(Photos © J. Maus)
Yesterday I met with Mayor Sam Adams’ Transportation Policy Director Catherine Ciarlo. Ciarlo was the executive director of the Bicycle Transportation Alliance (BTA) from 1998-2005 and is a former member of the Portland Planning Commission.
In a rapid-fire conversation that lasted just about an hour, we touched on several topics, including the Mayor’s Transportation Cabinet, the budget, and the Columbia River Crossing project.
The Mayor’s Transportation Cabinet is a 24-member group that includes representatives from a wide range of interests and perspectives (including of course, bicycling). Ciarlo said the group (whose formation was listed in Adams’ “First 100 Day Action Plan”) is Adams’ “kitchen cabinet” that is full of the people he turns to for strategic advice and to help him set priorities.
“[Sam] believes that bikes are a good investment in the community…and that it’s about health, livability, less wear-and-tear on our streets, etc… All these things don’t have to do with special interest demands but more about what’s good for the city.”
The cabinet met for the second time last night. I was unable to attend, but I spoke to member Chris Smith (Chair of Portland Streetcar Citizen’s Advisory Commitee and former candidate for City Commissioner) about what was discussed. He said there was a fair amount of discussion about bike funding and the budget. Smith told me that Adams will try to hold onto a transportation funding idea he first proposed as part of his failed Safe, Sound, and Green Streets initiative. The idea is to dedicate a portion of the city’s utility franchise fees back to transportation (they were taken away from transportation in the mid 1980s). This revenue stream is said to total several million dollars a year and Smith says Adams might “carve” $500,000 of that money specifically for bicycle and pedestrian programs.
The Mayor is scheduled to release his budget next week and he’s under pressure from the community to find money to restore funding of the popular Safe Routes to Schools program that was cut down 40% from previous years in the Bureau of Transportation’s budget released back in February.
When I asked Ciarlo about what we might expect from the Mayor’s budget next week, she was hesitant to confirm any details. When I reminded her that Mayor Adams made a campaign promise to triple bike funding and make the bike funding match mode share (which is currently 6-8% depending on who you ask), Ciarlo stopped short of saying he’d fulfill that promise.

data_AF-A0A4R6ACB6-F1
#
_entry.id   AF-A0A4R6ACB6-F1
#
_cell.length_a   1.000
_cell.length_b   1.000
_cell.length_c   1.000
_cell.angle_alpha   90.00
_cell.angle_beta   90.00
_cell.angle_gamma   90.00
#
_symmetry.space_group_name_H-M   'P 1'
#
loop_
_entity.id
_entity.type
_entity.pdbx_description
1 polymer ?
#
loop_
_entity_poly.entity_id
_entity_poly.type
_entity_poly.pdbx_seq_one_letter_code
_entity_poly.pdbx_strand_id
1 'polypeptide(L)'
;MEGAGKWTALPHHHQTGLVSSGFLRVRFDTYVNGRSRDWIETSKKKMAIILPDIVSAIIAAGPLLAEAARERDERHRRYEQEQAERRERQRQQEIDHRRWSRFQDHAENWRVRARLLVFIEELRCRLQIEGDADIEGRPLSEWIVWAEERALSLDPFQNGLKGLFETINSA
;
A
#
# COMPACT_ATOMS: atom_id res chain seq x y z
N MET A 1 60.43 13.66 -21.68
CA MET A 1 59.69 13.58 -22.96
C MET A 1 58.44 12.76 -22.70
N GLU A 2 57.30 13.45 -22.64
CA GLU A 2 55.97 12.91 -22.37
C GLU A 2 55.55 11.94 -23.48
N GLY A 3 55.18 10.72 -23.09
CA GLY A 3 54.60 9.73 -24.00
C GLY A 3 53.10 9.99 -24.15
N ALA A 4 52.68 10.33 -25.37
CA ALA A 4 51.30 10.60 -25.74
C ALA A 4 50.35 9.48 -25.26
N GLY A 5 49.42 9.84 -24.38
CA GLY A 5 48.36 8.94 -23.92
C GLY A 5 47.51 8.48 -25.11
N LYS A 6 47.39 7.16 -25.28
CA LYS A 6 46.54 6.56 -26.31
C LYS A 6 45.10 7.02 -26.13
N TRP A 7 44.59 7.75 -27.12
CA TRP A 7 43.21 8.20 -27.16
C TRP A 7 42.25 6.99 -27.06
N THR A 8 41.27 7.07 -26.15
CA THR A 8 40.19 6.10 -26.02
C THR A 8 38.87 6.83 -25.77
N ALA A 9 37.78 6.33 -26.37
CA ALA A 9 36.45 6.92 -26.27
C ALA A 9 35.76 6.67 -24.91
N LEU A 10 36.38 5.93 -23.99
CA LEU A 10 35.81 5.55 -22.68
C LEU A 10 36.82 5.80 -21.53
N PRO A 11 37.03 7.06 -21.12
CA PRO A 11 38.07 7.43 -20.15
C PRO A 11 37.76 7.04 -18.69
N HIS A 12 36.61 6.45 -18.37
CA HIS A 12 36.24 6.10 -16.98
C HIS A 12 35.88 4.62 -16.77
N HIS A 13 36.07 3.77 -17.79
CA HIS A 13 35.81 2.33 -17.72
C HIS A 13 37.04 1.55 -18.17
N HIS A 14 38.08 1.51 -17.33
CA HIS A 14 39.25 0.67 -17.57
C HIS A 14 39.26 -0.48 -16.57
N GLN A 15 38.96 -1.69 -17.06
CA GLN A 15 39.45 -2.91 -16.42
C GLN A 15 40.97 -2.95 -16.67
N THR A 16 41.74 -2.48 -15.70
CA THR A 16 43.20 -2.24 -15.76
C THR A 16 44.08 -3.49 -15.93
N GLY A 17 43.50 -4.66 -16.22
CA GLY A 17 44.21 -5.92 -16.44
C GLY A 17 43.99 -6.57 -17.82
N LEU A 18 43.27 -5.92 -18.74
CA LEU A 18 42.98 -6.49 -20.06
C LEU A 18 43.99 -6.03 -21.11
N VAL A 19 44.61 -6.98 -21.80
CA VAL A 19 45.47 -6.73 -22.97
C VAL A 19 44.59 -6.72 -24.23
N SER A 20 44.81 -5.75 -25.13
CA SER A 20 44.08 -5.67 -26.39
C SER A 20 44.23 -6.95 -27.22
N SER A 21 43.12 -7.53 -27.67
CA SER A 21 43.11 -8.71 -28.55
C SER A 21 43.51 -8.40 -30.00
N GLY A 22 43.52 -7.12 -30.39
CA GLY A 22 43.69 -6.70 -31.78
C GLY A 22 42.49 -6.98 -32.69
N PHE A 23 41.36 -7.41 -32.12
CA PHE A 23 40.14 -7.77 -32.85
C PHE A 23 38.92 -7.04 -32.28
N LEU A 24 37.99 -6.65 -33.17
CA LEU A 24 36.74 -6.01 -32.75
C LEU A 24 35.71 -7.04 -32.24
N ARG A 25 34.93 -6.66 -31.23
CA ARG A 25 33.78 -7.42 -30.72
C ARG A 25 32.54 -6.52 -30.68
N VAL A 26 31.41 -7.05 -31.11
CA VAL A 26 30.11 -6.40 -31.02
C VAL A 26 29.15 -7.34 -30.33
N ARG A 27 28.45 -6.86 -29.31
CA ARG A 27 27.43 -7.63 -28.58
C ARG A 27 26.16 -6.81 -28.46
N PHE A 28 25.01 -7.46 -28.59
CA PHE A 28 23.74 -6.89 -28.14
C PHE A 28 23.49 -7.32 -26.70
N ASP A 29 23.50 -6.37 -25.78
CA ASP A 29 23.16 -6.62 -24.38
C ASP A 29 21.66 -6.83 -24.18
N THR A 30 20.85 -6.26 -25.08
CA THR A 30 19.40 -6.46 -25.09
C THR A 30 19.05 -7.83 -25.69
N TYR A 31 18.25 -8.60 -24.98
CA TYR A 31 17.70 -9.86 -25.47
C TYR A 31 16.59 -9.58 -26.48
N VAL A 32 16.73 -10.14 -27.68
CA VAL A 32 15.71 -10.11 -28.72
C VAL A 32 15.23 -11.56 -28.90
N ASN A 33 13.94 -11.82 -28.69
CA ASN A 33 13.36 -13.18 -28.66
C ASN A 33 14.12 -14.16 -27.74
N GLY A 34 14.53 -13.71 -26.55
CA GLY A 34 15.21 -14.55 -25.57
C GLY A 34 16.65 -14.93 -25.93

“Our office would love to see us move in that direction,” she said, “and Sam is committed to seeing us move in that direction.” Ciarlo then said that “he believes that bikes are a good investment in the community…and that it’s about health, livability, less wear-and-tear on our streets, etc… All these things don’t have to do with special interest demands but more about what’s good for the city.” (Ciarlo also said the above could be said for pedestrian spending as well).
Ciarlo and the Mayor’s office have made one thing perfectly clear. When his budget comes out, and if it includes dedicated money for bike funding, he’ll need strong political support to hold on to it.
I then asked Ciarlo about Mayor Adams’ stance on the Columbia River Crossing project. Adams has been in the news a lot lately with strong concerns about the design of the bike/ped facility on the bridge. CRC project staffers have recently put a “stacked bridge” design on the table that would put the bike/ped facility underneath the main bridge — something that Adams and the BTA are opposed to.
Ciarlo said that Adams is “against an ugly design that the community is not supportive of…he wants to come up with a beautiful bridge.”
I shared with Ciarlo how Adams’ opposition to the bike/ped facility design seemed ironic, given that many in the community wished he shown the same concern for the discussion about the size of the bridge. Back in March, Adams reached a controversial compromise plan with Vancouver Mayor Royce Pollard to allow the bridge to be built “to accomodate up to 12 lanes” as long as a new “Mobility Council” was formed to manage traffic on the bridge.
That move shocked and irked many Portlanders, including the BTA, who helped support an anti 12-lane CRC bridge rally and said in a statement detailing their opposition the project that their leaders (which would include Adams) had “failed” them.
Ciarlo defended Adams’ decisions, saying that this project has a lot of different perspectives at the table. “The environment in which we’re working on this is a bi-state environment which includes very different priorities,” she said, “the priorities in Portland are very different than in Vancouver.”
As for Adams’ decision to compromise with Pollard on the lane issue, Ciarlo said that it was made “in a climate of deadlock” and that Adams “believed taking a leadership role was a good trade…where Sam is coming from is a belief that active management is the only way we can get what we want out of this bridge.”
When I asked how their office answers to local advocacy groups that are disappointed in Adams’ decision, Ciarlo said, “Leadership is difficult under any circumstances, but infinitely more difficult when you’re in a situation where not everyone has the same values.”
— Ciarlo and I plan to meet monthly from now on. If you have specific questions or concerns about bike-related issues that you’d like me to bring up, please email them to jonathan[at]bikeportland[dot]org.